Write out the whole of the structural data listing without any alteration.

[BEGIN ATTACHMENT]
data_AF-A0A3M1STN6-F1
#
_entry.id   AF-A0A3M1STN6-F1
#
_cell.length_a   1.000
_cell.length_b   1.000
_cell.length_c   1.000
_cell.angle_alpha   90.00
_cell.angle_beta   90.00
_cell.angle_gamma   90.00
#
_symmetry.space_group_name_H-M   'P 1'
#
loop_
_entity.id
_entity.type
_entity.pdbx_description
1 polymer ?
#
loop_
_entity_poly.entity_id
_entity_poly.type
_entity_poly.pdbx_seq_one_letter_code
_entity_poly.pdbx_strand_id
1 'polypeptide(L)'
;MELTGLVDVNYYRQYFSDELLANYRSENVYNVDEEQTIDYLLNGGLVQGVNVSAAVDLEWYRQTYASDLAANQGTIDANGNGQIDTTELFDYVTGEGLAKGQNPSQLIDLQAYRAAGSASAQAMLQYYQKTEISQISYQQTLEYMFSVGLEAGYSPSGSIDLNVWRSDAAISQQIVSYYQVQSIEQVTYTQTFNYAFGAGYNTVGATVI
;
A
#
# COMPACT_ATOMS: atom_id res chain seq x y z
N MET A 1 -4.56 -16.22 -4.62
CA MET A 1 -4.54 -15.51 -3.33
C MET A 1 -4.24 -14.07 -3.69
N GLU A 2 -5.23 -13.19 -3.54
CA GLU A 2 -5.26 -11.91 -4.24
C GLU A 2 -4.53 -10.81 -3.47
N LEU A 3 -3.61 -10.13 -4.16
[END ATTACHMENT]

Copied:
data_AF-A0A3M1STN6-F1
#
_entry.id   AF-A0A3M1STN6-F1
#
_cell.length_a   1.000
_cell.length_b   1.000
_cell.length_c   1.000
_cell.angle_alpha   90.00
_cell.angle_beta   90.00
_cell.angle_gamma   90.00
#
_symmetry.space_group_name_H-M   'P 1'
#
loop_
_entity.id
_entity.type
_entity.pdbx_description
1 polymer ?
#
loop_
_entity_poly.entity_id
_entity_poly.type
_entity_poly.pdbx_seq_one_letter_code
_entity_poly.pdbx_strand_id
1 'polypeptide(L)'
;MELTGLVDVNYYRQYFSDELLANYRSENVYNVDEEQTIDYLLNGGLVQGVNVSAAVDLEWYRQTYASDLAANQGTIDANGNGQIDTTELFDYVTGEGLAKGQNPSQLIDLQAYRAAGSASAQAMLQYYQKTEISQISYQQTLEYMFSVGLEAGYSPSGSIDLNVWRSDAAISQQIVSYYQVQSIEQVTYTQTFNYAFGAGYNTVGATVI
;
A
#
# COMPACT_ATOMS: atom_id res chain seq x y z
N MET A 1 -4.56 -16.22 -4.62
CA MET A 1 -4.54 -15.51 -3.33
C MET A 1 -4.24 -14.07 -3.69
N GLU A 2 -5.23 -13.19 -3.54
CA GLU A 2 -5.26 -11.91 -4.24
C GLU A 2 -4.53 -10.81 -3.47
N LEU A 3 -3.61 -10.13 -4.16